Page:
38. The method as in Claim 35 wherein said system further comprises a partially light reflective partially light transmissive cover spaced above and overlying said playfield, said method further comprising the step of: selectively displaying the visual imagery of at least one of the surface projectile game and the video game by means of the cover.
39. A combination surface projectile and video game system substantially as herein described with reference to the accompanying drawings.
40. A combination video and surface projectile game system having a user activated input substantially as herein described with reference to the accompanying drawings.
41. A game system substantially as herein described with reference to the accompanying drawings.
42. An electronic game system substantially as herein described with reference to the accompanying drawings.
43. A method of creating a combination surface projectile game and video game substantially as herein described with reference to the accompanying drawings.
GB08316850A 1982-07-06 1983-06-21 Combination video and surface projectile apparatus Withdrawn GB2124505A (en)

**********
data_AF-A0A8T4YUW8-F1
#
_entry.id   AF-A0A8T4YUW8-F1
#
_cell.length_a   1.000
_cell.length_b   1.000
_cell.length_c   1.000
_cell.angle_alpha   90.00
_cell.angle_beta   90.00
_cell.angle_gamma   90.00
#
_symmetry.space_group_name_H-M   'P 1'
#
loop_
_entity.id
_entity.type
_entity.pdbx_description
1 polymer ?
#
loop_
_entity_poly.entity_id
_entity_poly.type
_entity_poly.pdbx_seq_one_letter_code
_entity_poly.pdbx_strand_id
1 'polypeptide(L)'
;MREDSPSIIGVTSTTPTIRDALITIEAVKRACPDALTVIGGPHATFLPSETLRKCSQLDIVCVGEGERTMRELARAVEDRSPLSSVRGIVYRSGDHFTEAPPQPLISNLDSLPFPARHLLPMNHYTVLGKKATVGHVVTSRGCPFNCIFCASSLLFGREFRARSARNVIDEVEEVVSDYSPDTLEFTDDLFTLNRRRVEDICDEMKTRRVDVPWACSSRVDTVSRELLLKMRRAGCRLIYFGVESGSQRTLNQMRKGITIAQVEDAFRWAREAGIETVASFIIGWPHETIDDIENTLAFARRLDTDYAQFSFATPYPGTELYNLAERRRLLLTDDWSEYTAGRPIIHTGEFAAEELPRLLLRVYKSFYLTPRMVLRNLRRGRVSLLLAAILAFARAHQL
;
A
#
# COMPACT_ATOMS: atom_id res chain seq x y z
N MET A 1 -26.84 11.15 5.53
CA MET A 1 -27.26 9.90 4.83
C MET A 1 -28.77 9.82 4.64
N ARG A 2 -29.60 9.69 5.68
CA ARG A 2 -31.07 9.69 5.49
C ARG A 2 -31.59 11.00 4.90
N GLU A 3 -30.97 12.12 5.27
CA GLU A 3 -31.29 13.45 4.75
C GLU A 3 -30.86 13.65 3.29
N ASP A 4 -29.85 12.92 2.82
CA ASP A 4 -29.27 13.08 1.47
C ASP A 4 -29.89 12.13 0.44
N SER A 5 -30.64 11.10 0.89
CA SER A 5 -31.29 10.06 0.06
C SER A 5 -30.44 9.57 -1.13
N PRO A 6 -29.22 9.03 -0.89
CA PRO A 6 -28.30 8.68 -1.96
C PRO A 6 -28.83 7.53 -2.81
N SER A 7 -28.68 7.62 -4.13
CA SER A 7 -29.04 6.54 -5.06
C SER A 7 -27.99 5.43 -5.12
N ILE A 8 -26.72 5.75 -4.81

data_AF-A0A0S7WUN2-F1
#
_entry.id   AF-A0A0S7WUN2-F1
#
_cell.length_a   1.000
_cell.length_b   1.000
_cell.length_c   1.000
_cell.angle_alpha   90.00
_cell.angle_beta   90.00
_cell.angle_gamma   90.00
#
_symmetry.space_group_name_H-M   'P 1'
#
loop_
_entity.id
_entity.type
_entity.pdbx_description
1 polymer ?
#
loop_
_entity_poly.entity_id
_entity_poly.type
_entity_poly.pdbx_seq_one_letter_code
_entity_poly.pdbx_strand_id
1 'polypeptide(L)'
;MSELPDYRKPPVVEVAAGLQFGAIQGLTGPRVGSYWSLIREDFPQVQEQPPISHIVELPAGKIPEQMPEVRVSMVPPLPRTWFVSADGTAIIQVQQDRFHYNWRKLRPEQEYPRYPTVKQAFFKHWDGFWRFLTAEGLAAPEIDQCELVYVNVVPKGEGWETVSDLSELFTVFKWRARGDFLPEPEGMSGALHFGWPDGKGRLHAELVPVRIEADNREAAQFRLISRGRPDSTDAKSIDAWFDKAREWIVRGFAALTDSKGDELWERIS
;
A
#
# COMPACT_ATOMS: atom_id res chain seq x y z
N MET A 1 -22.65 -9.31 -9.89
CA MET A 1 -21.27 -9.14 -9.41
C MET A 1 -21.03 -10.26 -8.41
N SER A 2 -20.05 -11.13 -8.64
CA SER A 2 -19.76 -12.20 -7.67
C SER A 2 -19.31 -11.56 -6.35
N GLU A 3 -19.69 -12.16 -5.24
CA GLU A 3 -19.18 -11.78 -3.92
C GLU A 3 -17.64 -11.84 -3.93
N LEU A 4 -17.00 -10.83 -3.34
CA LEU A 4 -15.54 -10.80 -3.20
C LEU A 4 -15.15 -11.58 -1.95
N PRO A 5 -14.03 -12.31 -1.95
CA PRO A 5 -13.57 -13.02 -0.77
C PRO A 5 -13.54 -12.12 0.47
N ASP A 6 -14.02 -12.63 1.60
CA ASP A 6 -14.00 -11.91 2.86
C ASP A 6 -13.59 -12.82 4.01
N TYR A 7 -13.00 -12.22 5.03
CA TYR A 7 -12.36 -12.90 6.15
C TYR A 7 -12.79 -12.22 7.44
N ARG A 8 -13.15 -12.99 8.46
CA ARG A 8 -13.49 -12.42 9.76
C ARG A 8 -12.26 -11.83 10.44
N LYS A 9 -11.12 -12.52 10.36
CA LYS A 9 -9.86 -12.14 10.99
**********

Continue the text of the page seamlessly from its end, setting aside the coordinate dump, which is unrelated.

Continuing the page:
Priority Applications (1)

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US39586082A true 1982-07-06 1982-07-06

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GB8316850D0 GB8316850D0 (en) 1983-07-27
GB2124505A true GB2124505A (en) 1984-02-22

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GB08316850A Withdrawn GB2124505A (en) 1982-07-06 1983-06-21 Combination video and surface projectile apparatus

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JP (1) JPS5977879A (en)
AU (1) AU1585083A (en)
BE (1) BE897234A (en)
BR (1) BR8303521A (en)
DE (1) DE3323894A1 (en)
DK (1) DK282983A (en)
FR (1) FR2529796A1 (en)
GB (1) GB2124505A (en)
IT (1) IT1170431B (en)
LU (1) LU84900A1 (en)
NL (1) NL8302393A (en)
NO (1) NO832434L (en)
PT (1) PT76978B (en)
SE (1) SE8303819L (en)

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US4865322A (en) * 1988-08-25 1989-09-12 Williams Electronics Games, Inc. Game cabinet
US4968031A (en) * 1989-11-27 1990-11-06 Data East Pinball, Inc. Pinball machine with ball-launching ramps
US5221083A (en) * 1989-10-17 1993-06-22 Sega Enterprises, Ltd. Medal game machine
US5342049A (en) * 1993-03-03 1994-08-30 Michael Wichinsky Gaming machine with skill feature
WO1999059686A1 (en) * 1998-05-19 1999-11-25 Williams Electronics Games, Inc. Amusement game having virtual images in association with play features
EP0982054A1 (en) * 1998-08-19 2000-03-01 Williams Electronics Games, Inc. Pinball game with a display